Thursday, April 10, 2014

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H-1B Cap reached

H-1B Cap reached - read about it on our new blog at: 

Thursday, July 18, 2013


USCIS just issued a report to Congress “Characteristics of H-1B Specialty Occupation Workers” for Fiscal Year 2012. Some interesting facts outlined in the report:
1) The number of H-1B petitions filed increased 15% from 267,654 in FY 2011 to 307,713 in FY 2012. Due no doubt to the economic recovery.
2) The number of H-1B petitions approved decreased 3 percent from 269,653 in FY 2011 to 262,569 in FY 2012. Due no doubt to increased scrutiny from USCIS on all H-1B petitions and increased RFEs even though USCIS issued memos not to issue needless RFEs. I suspect in percentages it is actually worse because FY2012 had substantially more filings, so denial rate is probably more than 7% higher overall compared with FY2011.
3) 72% of H-1B petitions approved in FY 2012 were for workers between the ages of 25 and 34.
4) 46% of H-1B petitions approved in FY 2012 were for workers with a bachelor’s degree, 41% had a master’s degree, 8% had a doctorate, and 4 percent were for workers with a professional degree.
5) 61% of H-1B petitions approved in FY 2012 were for workers in computer related occupations followed by engineering and architecture.
6) The median salary of beneficiaries of approved petitions remained at $70,000 for both FYs 2011 and 2012.
7) After the IT industry, the higher education industry commanded the most petitions. The good news is that the higher education positions are cap-exempt.
8) Healthcare workers represent about 5% of the total number of cases.
You can find the full report here.

Tuesday, July 9, 2013


U.S. Department of Labor's Office of Foreign Labor Certification just issued statistics about FY 20013 year-to-date on the H-1B temporary program. Note that this information only relates to the LCAs, not the final numbers by USCIS. According to their data, so far to date they have received 323,866 LCA applications. They have processed all of them in a timely manner, meaning within the 7 business days as required by their own regulations.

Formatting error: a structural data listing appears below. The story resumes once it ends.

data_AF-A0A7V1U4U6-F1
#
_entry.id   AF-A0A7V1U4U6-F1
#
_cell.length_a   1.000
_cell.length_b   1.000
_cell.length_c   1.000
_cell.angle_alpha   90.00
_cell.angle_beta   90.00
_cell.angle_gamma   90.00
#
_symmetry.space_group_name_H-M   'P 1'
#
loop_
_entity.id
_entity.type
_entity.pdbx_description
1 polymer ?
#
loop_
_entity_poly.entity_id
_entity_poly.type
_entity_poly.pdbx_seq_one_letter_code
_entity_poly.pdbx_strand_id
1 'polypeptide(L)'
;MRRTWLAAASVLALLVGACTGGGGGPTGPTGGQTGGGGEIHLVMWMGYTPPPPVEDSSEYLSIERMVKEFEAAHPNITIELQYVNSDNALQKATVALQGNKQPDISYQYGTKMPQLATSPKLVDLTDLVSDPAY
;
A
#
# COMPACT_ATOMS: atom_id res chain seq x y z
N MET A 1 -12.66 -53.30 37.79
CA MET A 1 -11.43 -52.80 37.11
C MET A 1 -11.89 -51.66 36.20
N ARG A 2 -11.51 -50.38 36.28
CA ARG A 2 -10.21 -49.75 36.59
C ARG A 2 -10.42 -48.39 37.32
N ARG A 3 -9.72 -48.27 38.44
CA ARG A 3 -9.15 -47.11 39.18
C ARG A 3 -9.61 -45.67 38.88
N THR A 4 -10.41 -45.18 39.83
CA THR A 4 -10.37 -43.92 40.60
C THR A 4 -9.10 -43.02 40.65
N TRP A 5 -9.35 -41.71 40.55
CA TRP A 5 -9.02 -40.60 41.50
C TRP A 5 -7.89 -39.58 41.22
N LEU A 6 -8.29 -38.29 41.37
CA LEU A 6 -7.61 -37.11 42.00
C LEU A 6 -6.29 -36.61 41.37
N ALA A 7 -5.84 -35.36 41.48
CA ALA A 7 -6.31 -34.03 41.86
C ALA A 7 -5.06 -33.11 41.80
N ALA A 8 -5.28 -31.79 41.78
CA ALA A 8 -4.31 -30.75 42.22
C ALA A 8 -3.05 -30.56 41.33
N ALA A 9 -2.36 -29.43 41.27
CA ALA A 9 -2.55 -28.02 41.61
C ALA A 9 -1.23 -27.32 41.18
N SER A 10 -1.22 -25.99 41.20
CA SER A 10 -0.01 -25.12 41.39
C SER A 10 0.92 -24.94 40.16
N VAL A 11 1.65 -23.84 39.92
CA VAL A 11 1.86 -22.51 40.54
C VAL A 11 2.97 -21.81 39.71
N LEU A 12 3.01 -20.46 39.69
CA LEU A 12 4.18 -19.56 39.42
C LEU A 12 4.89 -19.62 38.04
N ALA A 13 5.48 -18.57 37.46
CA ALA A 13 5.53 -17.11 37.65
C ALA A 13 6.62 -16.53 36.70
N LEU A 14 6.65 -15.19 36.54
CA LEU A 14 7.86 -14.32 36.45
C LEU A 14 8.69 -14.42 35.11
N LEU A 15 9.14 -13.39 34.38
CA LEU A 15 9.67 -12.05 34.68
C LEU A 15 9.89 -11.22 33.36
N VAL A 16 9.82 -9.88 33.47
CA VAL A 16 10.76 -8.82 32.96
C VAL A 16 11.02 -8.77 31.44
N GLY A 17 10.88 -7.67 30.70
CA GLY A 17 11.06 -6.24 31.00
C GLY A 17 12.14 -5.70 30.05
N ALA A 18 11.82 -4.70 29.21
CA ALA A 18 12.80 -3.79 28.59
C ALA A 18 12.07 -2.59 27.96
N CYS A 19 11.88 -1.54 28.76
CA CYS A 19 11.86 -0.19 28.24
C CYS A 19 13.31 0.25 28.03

The top 10 occupations were computer related, including computer systems analysts, computer programmer, software developers and computer and information system managers. The next group were accountants, auditors, management and financial analyst and the final group of occupations were engineers.
The state with the most filings was California with almost 120,000 filings, which more than doubled that of New York and Texas with over 55,000 each.
Top employers were consulting companies, including Syntel, Cognizant, Wipro, Infosys, PWC, Tata consulting and Deloitte.
On the PERM front, they have received so far almost 51,000 applications for PERM, out of which 26% have been audited and 11% are pending appeal. So far 25,668 applications were certified, 5,251 were denied and 1,828 were withdrawn. Not great statistics on PERMs... Here again over 56% of the occupations were computer and math related, then architecture and engineering about 11% and management 8%. Top work site was California with 23%, then New Jersey, New York and Texas.

Wednesday, July 3, 2013


Great news! The House Judiciary Committee has just passed the Supplying Knowledge Based Immigrants and Lifting Levels of STEM Visa Act (SKILLS Act), sponsored by Rep. Darrell Issa (R-CA) along with 20 co-sponsors.
The SKILLS Act would nearly triple the H-1B cap and also increase employment-based green card numbers and add 4,000 immigrant visas for health care occupations, including nurses, physical therapists, occupational therapists, and other allied health care workers who work in rural or undeserved areas.
Unlike the current situation where these employees are subject to 6-7 year backlogs in the EB-3 category, these additional  immigrant visas are immediately available and not subject to retrogression.